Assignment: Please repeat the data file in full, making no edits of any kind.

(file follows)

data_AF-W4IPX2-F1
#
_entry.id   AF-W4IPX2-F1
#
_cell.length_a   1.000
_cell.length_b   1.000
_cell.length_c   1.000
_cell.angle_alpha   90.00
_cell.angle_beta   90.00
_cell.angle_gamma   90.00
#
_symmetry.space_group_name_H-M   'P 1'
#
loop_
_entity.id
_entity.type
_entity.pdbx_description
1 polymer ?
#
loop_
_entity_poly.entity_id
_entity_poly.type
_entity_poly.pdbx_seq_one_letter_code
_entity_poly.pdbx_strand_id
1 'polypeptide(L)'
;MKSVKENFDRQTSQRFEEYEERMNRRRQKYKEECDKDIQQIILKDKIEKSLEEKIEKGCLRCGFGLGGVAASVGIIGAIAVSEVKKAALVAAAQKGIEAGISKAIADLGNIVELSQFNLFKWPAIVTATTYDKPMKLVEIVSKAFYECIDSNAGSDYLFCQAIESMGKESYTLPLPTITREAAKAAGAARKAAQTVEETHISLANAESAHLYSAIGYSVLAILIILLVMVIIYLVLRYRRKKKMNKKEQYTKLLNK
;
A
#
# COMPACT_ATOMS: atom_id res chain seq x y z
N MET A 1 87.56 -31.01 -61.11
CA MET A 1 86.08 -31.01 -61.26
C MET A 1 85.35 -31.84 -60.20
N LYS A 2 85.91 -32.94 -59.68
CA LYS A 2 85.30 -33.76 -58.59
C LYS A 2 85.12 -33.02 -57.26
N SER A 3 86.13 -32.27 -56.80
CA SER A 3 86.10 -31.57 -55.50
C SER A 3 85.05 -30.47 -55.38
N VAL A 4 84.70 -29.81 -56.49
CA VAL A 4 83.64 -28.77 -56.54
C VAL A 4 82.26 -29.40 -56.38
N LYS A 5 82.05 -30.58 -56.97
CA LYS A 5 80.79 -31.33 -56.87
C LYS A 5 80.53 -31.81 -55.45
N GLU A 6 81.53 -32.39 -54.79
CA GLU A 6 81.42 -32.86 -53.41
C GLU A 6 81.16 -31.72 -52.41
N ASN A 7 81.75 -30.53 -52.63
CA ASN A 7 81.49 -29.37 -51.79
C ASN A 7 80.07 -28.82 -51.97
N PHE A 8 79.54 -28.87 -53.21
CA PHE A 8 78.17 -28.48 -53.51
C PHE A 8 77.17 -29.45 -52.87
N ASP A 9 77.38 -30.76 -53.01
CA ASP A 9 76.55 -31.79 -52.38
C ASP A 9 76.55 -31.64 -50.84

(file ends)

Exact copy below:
data_AF-W4IPX2-F1
#
_entry.id   AF-W4IPX2-F1
#
_cell.length_a   1.000
_cell.length_b   1.000
_cell.length_c   1.000
_cell.angle_alpha   90.00
_cell.angle_beta   90.00
_cell.angle_gamma   90.00
#
_symmetry.space_group_name_H-M   'P 1'
#
loop_
_entity.id
_entity.type
_entity.pdbx_description
1 polymer ?
#
loop_
_entity_poly.entity_id
_entity_poly.type
_entity_poly.pdbx_seq_one_letter_code
_entity_poly.pdbx_strand_id
1 'polypeptide(L)'
;MKSVKENFDRQTSQRFEEYEERMNRRRQKYKEECDKDIQQIILKDKIEKSLEEKIEKGCLRCGFGLGGVAASVGIIGAIAVSEVKKAALVAAAQKGIEAGISKAIADLGNIVELSQFNLFKWPAIVTATTYDKPMKLVEIVSKAFYECIDSNAGSDYLFCQAIESMGKESYTLPLPTITREAAKAAGAARKAAQTVEETHISLANAESAHLYSAIGYSVLAILIILLVMVIIYLVLRYRRKKKMNKKEQYTKLLNK
;
A
#
# COMPACT_ATOMS: atom_id res chain seq x y z
N MET A 1 87.56 -31.01 -61.11
CA MET A 1 86.08 -31.01 -61.26
C MET A 1 85.35 -31.84 -60.20
N LYS A 2 85.91 -32.94 -59.68
CA LYS A 2 85.30 -33.76 -58.59
C LYS A 2 85.12 -33.02 -57.26
N SER A 3 86.13 -32.27 -56.80
CA SER A 3 86.10 -31.57 -55.50
C SER A 3 85.05 -30.47 -55.38
N VAL A 4 84.70 -29.81 -56.49
CA VAL A 4 83.64 -28.77 -56.54
C VAL A 4 82.26 -29.40 -56.38
N LYS A 5 82.05 -30.58 -56.97
CA LYS A 5 80.79 -31.33 -56.87
C LYS A 5 80.53 -31.81 -55.45
N GLU A 6 81.53 -32.39 -54.79
CA GLU A 6 81.42 -32.86 -53.41
C GLU A 6 81.16 -31.72 -52.41
N ASN A 7 81.75 -30.53 -52.63
CA ASN A 7 81.49 -29.37 -51.79
C ASN A 7 80.07 -28.82 -51.97
N PHE A 8 79.54 -28.87 -53.21
CA PHE A 8 78.17 -28.48 -53.51
C PHE A 8 77.17 -29.45 -52.87
N ASP A 9 77.38 -30.76 -53.01
CA ASP A 9 76.55 -31.79 -52.38
C ASP A 9 76.55 -31.64 -50.84